Merged Muskegon Hospitals Fare Well
MUSKEGON — Mercy Health Partners, created by the April merger between Hackley Hospital and Mercy General Health Partners, is projecting a positive margin of 4.1 percent for the 2008-09 fiscal year, CEO Roger Spoelman said.
After just a single quarter as a merged, $500 million system, the newly united duo finished the 2007-08 fiscal year in June in the black, he added. Hackley reported a $1.62 million deficit to the IRS for the tax year ending in June 2006. Spoelman said MHP raised prices an average of 3 percent to 4 percent.
Since the merger, the medical staffs have melded, pediatrics has been consolidated at the Hackley campus and 30 executives, mostly from the Hackley side, were laid off as of July 1, Spoelman said. Between savings in salaries, wages and reduced capital spending in addition to improved revenues, the goal is a $12 million boost to the budget.
“When we went into this, we knew there was going to be a little bit of downsizing and position combining and elimination of some positions. It’s just a normal part of this process,” he said. “We really tried to get people ready for it by letting them know all of us are walking into new jobs. All of our jobs are very different. We’ve never experienced an organization of this size and scope.”
The laid-off vice presidents, managers and supervisors received outplacement services as well as salary and benefit continuation based on salary, years of service or contract provisions, he said. Some positions were eliminated and others were combined.
He said there may be additional layoffs, but couldn’t say when or which jobs may be involved. Consolidation remains in the future for most departments and facilities as MHP juggles questions of demand, capacity and meeting terms of its agreements with the Service Employees International Union Healthcare and the Michigan Nurses Association.
SEIU represents about 2,000 employees of Mercy Health Partners, including 500 nurses, according to Marge Faville, secretary/treasurer. The Michigan Nurses Association represents about 350 nurses at the Hackley campus.
“We have some union issues that we want to work through before we transfer people from campus to campus or department to department. We just have to abide by the work rules established for each of these bargaining units,” Spoelman said.
Faville said that so far, little has changed for union members.
“We are going to be interested in issues as far as making sure that our members are able to keep the benefits they now enjoy,” said Faville.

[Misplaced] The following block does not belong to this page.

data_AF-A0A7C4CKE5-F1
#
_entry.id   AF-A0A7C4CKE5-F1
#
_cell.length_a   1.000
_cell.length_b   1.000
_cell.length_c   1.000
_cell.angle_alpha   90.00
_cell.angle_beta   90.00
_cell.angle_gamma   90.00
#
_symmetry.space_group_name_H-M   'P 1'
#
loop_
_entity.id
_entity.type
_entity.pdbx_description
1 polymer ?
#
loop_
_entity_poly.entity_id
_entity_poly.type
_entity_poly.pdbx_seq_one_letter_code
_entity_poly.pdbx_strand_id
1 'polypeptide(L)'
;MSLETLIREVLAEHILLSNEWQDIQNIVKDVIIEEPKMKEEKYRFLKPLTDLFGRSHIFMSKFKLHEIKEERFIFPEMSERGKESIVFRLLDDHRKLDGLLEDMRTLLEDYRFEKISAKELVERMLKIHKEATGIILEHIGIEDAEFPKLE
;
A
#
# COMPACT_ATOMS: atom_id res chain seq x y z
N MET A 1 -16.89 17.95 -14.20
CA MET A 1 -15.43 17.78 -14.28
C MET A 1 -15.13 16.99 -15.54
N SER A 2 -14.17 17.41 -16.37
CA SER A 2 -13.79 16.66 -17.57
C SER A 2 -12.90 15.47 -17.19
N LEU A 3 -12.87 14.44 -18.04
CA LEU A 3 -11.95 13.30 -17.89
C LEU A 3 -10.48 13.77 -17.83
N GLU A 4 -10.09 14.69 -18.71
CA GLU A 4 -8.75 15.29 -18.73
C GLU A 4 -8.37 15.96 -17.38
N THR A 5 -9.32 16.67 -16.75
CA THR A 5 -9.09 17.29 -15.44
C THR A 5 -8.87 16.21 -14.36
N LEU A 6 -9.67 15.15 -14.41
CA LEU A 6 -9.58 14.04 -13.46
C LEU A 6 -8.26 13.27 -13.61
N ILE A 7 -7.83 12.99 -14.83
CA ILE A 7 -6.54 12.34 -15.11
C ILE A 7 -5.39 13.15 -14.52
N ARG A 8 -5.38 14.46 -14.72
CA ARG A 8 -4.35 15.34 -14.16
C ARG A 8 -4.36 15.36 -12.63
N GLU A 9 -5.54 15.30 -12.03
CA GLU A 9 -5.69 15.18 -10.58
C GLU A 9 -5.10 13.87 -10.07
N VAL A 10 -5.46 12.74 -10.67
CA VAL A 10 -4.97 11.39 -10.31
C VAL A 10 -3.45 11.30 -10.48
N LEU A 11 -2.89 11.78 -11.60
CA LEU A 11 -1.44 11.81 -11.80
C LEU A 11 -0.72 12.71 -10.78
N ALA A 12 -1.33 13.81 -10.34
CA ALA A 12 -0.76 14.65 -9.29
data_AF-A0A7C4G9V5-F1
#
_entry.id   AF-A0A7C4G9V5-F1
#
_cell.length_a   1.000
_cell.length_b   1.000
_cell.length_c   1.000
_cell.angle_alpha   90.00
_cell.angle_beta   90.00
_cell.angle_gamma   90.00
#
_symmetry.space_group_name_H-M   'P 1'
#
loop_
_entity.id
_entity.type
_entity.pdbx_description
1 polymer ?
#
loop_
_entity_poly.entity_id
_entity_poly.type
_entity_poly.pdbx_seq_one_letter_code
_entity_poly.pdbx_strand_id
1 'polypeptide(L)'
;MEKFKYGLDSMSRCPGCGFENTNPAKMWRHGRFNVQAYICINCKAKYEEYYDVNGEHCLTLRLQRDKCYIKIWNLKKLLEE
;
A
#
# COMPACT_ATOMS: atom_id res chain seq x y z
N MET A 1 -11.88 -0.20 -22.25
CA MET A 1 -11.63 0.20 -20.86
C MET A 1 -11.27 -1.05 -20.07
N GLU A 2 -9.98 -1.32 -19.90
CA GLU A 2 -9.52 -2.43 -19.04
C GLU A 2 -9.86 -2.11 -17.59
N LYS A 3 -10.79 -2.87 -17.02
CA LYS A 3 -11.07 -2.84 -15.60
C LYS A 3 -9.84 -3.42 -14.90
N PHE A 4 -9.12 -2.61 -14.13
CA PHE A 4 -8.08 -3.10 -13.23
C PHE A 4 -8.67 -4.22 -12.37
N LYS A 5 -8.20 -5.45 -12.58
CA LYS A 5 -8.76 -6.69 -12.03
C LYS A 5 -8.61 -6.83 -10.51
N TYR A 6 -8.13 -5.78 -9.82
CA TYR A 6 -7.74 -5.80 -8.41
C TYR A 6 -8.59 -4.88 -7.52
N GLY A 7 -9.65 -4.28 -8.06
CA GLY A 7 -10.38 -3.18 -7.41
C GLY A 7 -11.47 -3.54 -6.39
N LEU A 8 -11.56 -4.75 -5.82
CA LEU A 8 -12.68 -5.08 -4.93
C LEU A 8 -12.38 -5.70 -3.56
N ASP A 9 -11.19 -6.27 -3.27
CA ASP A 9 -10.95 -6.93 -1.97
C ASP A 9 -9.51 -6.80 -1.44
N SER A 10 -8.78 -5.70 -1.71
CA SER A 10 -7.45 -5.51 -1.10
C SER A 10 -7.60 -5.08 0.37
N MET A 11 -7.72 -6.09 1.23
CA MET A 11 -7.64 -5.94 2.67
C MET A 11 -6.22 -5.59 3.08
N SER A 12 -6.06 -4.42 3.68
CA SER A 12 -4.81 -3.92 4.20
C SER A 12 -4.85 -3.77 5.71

An MNA representative could not be reached for comment.
Faville said that while the two unions are not negotiating together, they have met to discuss common issues related to the merger.
Spoelman said some consolidation has occurred with pediatrics, orthotics and prosthetics and outpatient pharmacy services.
“We just want to get to the point where we’re not competing with ourselves,” he said.
Other consolidations are more complicated. “Like OB (obstetrics), for example: Neither one of our campuses has the excess capacity to accommodate the entire number of births or deliveries in our community.”
Every move demands a counter move. “We’ve got to free up some space,” he said. “What happens to the other services now occupying that space? Where do they go? I think we are going to start to see more aggressive moves in terms of clinical consolidation. We are going to have answers to our analyses.”
Spoelman said MHP, which is owned by Trinity Health of Novi, plans to reach out to neighboring hospitals to drive specialized care to its campuses.
“I have great respect for what they’re doing in Grand Rapids. We want to be an alternative,” he said. “There are people who drive by us for services that we could provide. We want to put an end to that.
“We said from the very beginning that we are going to turn our focus outward and begin to look pretty aggressively at growth strategy in our neighboring communities along the lakeshore.”
With a total of about 4,300 employees, Spoelman said he is sensitive to the role that MHP plays in Muskegon County.
“As the largest employer, we are going to remain lean and grow and stimulate the local economy and work very hard to bring in new programs,” he said.